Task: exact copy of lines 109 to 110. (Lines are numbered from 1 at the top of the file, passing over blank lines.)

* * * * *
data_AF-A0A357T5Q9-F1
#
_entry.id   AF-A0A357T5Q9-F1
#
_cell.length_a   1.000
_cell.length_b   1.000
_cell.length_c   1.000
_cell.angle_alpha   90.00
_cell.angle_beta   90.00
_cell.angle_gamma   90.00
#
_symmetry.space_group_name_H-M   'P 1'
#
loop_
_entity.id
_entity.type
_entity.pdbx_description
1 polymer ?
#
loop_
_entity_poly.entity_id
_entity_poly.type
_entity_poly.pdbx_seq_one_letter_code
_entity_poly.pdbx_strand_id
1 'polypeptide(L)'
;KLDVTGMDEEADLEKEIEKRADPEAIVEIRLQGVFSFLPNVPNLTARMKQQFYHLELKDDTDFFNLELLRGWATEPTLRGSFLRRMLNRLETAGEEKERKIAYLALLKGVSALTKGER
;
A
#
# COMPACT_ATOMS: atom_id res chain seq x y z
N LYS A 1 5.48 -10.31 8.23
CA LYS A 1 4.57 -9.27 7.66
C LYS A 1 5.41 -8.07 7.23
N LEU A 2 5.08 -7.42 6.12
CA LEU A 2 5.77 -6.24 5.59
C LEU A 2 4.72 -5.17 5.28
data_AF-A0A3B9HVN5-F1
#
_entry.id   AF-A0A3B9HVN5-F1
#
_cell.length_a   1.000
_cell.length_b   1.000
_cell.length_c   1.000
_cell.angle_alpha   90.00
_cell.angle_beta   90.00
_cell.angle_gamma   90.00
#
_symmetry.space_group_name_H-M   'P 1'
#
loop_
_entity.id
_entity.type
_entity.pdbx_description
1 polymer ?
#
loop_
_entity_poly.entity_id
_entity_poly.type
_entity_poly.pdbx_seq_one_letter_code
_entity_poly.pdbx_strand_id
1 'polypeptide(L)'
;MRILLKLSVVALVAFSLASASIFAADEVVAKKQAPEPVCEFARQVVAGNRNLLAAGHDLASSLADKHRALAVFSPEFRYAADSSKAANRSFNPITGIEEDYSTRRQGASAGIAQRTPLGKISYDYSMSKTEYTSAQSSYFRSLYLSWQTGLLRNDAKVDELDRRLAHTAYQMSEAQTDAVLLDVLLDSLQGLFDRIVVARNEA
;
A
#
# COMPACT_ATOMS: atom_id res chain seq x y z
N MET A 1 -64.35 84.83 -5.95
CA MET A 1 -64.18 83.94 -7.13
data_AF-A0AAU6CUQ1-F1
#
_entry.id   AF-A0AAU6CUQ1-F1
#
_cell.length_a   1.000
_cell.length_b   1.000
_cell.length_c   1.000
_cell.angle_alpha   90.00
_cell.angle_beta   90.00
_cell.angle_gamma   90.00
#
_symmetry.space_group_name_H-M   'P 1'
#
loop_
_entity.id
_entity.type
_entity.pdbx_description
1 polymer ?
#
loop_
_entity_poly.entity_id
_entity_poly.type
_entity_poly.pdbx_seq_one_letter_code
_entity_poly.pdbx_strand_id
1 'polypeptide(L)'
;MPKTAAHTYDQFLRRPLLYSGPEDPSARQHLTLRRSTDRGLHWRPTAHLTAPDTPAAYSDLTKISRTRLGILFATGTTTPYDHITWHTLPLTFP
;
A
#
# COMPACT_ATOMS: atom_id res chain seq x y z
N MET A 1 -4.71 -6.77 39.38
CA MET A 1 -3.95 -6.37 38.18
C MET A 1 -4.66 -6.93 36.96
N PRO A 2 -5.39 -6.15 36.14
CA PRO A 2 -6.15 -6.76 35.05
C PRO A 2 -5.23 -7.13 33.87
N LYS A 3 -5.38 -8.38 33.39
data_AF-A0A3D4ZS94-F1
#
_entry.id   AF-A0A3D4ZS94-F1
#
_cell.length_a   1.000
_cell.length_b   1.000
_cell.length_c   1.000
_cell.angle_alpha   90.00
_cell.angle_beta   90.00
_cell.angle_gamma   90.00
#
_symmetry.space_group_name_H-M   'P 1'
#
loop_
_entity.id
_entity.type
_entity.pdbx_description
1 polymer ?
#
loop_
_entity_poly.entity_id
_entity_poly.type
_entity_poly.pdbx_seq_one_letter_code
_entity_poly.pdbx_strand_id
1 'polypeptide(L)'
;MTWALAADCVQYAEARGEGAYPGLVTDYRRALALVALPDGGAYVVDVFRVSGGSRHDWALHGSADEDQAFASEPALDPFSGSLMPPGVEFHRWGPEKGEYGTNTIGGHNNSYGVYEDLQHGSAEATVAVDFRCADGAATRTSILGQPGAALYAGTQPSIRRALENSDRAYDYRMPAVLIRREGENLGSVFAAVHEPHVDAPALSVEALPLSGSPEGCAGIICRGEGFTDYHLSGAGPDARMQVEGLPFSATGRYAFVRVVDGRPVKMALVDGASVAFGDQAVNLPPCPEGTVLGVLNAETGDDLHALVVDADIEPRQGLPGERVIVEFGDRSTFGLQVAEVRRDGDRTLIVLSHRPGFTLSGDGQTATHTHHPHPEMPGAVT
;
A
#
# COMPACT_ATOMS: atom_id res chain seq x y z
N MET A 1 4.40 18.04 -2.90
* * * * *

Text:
#
_cell.length_a   1.000